Some of the fastest-growing mobile phone apps help people manage life-tasks every day, like getting real-time directions when driving, finding dates, getting rides, and tracking health, according to The 2016 U.S. Mobile App Report from comScore.
The chart from the comScore Mobile Metrix survey illustrates some popular apps well-used by people on smartphones, with one of the fastest growth rates found for the Fitbit app — 1,524% growth over two years, from June 2014 to June 2016. In comparison, the Uber app visits increased 828% in the period, half as fast, and the Tinder app, 220%.
Some key topline results of this annual report are that:
- Smartphone apps now consume 80% share of growth of digital time spent by people
- App use time has increased across every age group. While highest among Millennials, note that the usage time of mobile apps among people age 55-64 grew the fastest at 37% in the one year, June 2015-June 2016, with over 55 monthly hours. People age 65+ scored 42 hours on average per month on smartphone app visits, versus over 93 hours per month for people age 18-24.
- The 10 most popular apps by unique visitors to June 2016 (year-on-year) are Facebook, Facebook Messenger, YouTube, Google Maps, Google Search, Google Play, Gmail, Pandora Radio, Instagram, and Amazon Mobile. Note that the top 7 are owned by either Facebook or Google.
- Most time on smartphone apps is concentrated among a few apps owned by very large internet companies.
The report’s data is based on behavioral measurement from comScore’s Media Metrix Multi-Platform, which looks at consumers age 18 and over and unique visits to an app or digital media property at least once over the course of a month.
Health Populi’s Hot Points: Mobile health is emerging as a complement to primary care at the doctor’s office or clinic. A health consumer can access a visit to a physician using the AmWell (American Well) app, track blood glucose and manage Type 2 diabetes via the MySugr, check lab test results on MyQuest from Quest Diagnostics, and find well-priced prescription drugs on GoodRx.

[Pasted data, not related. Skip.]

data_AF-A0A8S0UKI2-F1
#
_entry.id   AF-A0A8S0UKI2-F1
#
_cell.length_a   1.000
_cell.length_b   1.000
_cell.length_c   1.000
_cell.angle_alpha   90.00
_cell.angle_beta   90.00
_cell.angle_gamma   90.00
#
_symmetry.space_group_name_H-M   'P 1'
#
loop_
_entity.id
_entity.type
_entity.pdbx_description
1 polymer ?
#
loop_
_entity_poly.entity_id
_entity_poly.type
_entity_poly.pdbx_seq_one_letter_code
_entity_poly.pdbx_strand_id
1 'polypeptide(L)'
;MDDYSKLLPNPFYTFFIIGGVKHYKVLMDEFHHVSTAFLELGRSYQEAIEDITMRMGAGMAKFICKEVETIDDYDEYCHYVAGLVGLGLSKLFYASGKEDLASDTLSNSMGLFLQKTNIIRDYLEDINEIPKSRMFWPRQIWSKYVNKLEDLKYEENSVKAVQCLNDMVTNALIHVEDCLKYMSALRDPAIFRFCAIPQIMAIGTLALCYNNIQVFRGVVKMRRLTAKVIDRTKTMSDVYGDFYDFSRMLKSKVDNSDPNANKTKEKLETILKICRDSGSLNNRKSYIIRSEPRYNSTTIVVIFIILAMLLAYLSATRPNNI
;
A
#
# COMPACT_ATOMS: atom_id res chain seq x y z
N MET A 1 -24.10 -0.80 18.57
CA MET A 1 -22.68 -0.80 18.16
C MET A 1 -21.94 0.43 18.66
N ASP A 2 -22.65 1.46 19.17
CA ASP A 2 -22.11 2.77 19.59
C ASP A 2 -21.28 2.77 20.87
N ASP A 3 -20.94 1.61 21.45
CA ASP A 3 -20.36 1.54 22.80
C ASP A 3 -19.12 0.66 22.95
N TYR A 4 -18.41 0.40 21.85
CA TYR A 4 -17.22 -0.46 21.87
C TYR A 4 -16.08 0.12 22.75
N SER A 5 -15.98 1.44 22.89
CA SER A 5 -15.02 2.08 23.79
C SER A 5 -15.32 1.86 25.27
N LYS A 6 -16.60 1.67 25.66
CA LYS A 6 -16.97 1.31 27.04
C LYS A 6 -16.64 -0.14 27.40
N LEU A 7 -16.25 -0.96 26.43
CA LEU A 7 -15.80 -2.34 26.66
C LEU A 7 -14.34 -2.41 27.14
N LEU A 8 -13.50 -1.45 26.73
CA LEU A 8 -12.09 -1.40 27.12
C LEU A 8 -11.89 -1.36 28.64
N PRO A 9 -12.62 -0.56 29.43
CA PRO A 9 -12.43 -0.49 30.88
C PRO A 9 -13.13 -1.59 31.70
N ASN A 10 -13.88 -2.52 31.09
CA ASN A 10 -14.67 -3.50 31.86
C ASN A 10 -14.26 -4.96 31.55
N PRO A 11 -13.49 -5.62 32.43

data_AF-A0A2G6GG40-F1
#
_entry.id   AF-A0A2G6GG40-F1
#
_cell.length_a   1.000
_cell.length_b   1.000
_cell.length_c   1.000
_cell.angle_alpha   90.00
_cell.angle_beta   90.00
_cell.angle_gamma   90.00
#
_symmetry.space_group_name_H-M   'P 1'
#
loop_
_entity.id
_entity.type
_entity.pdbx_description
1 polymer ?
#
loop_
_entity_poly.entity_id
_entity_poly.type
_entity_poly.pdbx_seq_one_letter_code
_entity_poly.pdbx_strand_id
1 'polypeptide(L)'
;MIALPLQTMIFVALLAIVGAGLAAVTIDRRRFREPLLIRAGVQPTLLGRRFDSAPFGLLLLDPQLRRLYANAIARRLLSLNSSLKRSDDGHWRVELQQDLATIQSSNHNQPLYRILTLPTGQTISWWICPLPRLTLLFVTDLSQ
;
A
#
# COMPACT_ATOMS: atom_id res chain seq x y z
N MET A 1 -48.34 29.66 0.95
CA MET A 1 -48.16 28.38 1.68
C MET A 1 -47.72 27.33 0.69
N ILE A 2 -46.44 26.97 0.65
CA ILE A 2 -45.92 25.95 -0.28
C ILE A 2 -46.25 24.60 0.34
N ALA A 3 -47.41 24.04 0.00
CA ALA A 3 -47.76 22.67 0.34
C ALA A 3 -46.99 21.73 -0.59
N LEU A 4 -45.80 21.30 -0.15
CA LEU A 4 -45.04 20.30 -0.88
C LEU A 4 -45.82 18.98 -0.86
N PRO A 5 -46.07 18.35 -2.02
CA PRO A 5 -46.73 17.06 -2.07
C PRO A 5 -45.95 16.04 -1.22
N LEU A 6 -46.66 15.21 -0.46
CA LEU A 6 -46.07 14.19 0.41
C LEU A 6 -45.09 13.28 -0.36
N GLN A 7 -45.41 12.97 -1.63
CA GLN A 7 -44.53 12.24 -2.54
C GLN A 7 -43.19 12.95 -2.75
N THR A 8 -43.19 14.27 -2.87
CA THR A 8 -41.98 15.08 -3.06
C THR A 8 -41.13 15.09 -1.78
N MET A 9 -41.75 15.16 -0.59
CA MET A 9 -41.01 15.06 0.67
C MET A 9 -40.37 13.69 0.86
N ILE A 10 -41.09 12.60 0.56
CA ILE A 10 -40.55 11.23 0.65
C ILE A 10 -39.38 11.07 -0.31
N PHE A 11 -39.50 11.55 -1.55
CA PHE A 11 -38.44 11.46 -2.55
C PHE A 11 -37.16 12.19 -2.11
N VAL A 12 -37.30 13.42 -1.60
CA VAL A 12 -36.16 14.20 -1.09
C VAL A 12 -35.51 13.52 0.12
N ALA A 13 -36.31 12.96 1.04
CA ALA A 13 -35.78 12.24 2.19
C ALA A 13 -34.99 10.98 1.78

The evidence base is growing that mobile tools can help people bolster their health. New research from Walgreens published yesterday shows that the company’s Balance Rewards loyalty program has driven greater medication adherence. Specifically, Walgreens researched the relationship between BRhc engagement and adherence to antihypertensive, oral antidiabetic and antihyperlipidemic medications for patients ages 50 and older. The results:
- Balance Reward programs members tracking physical activity had greater rates of medication adherence: 11.2% higher for people managing hypertension, 5.1% greater for people managing diabetes, and 4.5% higher for people managing high cholesterol.
- For members tracking blood pressure or blood glucose, Walgreens observed greater optimal adherence: 6.8% greater for consumers using anti-hypertensives, and 12.3% higher for people taking drugs to manage diabetes.
From a user-design standpoint, one intriguing observation comScore uncovered is that 35% of smartphone users age 55 and over only ever operate their smartphone with two hands. This is 6x the rate of people 18-34 who multi-task and use their phones single-handedly (only 6% using two hands to navigate their phones).
To gain adoption and sustained use of a mobile health tool, Job 1 is to be user-centered and Know Thy Patient. If they’re older people, they may fall into the “two-handed smartphone” user, and will have other unique life-flows to consider. One size won’t fit all. But one lesson from Walgreens is that social community and behavioral economics can help nudge people toward sustained use that can make a real difference in peoples’ health and wellbeing.